The other day (well, a wee while ago) I saw something most peculiar. At least I found it to be peculiar as I am quite ignorant of said topic.

The topic in question being the latest turmoil in Gaza.

And the peculiarity in question was the sight of Hassidic Jews attending a pro-Palestine rally.

Regardless of your views on the Israel-Palestinian conflict you would be hard pressed to deny that this is quite a sight and gesture.

This surely is fine example of courage?

It is a very polarised topic and there must be some people on both sides of the divide that would be quite irate at such a stance.

But nonetheless they made their stand.

Hats off (or ‘shtreimels off’ in this particular case).

I’m sure someone somewhere is bandying about the label traitor/Josephus/Lundy at their actions, but they’re standing up for what they believe is right.

Imagine if in NI some of the unionist political leaders were to practise what they preach?

To have a consistent line on parades, flags, bonfires, respect and behaviour?

No doubt they’d attract the wrath of the hardliners and maybe even lose votes to begin with.

But what could the benefits be?

Would those who are more ‘pro-status quo’ rather than explicitly ‘pro-union’ finally feel that unionism is no longer an exclusive club?

Would it show the world that not all unionist leaders happily turn a blind eye to sectarianism, the minority of marches that are contentious or even ‘sashbashs’?

Would it show or that the unionists aren’t necessarily ‘the baddies’?

Rabble rousing, fear mongering and playing on the paranoia of the Protestant people is indeed an effective way of winning votes from many Protestants, much to the detriment of the Protestant community. It seems they have to be kept in a state of semi-panic so that their indignant votes can be harvested when necessary.

However, the Protestant community is in decline the Catholic community is on the increase.

Since the GFA there has also been noticeable increase (or indeed ‘sudden appearance’) of people from a Catholic background who are willing to vote pro-union.

It would seem that being a part of both Ireland and the UK holds appeal for some people.

To an outsider, this state of affairs would foster the following assumption:

 “So, obviously these unionist politicians are focusing on a potential growth market as opposed to the shrinking one?”

“Erm, not quite…”


Unionist Strategy: Illogical

From a unionist point of view, the link with the union doesn’t stand to lose. In fact, it would if anything be strengthened by the addition of fresh votes from new quarters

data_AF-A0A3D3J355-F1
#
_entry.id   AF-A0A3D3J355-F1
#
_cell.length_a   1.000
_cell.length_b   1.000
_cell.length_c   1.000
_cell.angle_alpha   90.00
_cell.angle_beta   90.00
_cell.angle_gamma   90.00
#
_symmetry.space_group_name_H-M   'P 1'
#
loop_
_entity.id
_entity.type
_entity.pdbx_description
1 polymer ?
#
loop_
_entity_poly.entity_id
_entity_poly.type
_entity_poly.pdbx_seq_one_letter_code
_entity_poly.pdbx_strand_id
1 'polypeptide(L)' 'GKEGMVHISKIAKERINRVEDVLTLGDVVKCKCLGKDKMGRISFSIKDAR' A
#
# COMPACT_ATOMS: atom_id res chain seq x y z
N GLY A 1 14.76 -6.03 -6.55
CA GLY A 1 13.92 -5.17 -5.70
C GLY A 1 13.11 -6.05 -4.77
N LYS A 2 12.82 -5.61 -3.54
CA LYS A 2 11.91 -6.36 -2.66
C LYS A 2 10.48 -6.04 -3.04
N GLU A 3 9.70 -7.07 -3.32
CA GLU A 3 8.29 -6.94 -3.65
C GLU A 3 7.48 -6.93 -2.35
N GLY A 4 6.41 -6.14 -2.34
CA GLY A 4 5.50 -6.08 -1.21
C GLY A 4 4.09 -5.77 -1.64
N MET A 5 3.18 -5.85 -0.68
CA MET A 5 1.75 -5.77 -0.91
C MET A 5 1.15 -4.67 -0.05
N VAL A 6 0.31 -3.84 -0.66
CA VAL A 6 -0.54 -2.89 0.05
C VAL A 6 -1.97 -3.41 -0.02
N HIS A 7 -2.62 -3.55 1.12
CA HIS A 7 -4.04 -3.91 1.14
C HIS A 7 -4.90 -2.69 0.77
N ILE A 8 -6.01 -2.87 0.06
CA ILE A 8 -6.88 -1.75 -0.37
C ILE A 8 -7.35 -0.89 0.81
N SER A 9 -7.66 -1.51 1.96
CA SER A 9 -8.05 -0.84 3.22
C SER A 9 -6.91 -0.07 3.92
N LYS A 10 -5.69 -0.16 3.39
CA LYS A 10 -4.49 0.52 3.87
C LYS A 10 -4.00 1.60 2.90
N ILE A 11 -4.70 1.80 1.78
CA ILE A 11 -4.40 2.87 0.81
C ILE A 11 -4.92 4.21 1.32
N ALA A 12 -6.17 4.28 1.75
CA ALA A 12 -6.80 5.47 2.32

Yet seemingly they feel they would lose something for adopting a consistent line.

 That they would be betraying something in their heritage or ancestry (which would only start in the mid-19th century when Presbyterian Unionism appeared on the scene, before that Presbyterians were always a law unto themselves with regards to the establishment)

What exactly they would lose I don’t know; the idea of preserving culture has been exposed as nonsense time and time again, upholding Christian values certainly doesn’t come into it, ‘British’ values even less so.

Here’s an example of someone throwing fuel on the fire, the TUV’s Walter Miller, despite all the evidence of intimidation and loutish behaviour at some parades there’s always someone ready to ignore reality and offer up a fantasy version of what they think is going on:

So, let’s go through what he has to say and see what stands up under scrutiny:

The Ulster Protestant and loyalist communities, rather than looking forward to a peaceful and stress-free Twelfth of July, are yet again being subjected to intolerance, opposition and hostility by the republican community in Ardoyne who have the backing of the Parades Commission in their determination not to allow the Orange Order lodges past Ardoyne in the evening parade from the field. “

Out of all the hundreds/thousands of parades that day, it was only this one that caused any hassle. There were parades in nationalist towns that went ahead without any trouble. This might lead an outsider to think that if nationalists all over NI are willing to tolerate parades elsewhere then there may indeed be something wrong with this one. But not if you’re the TUV.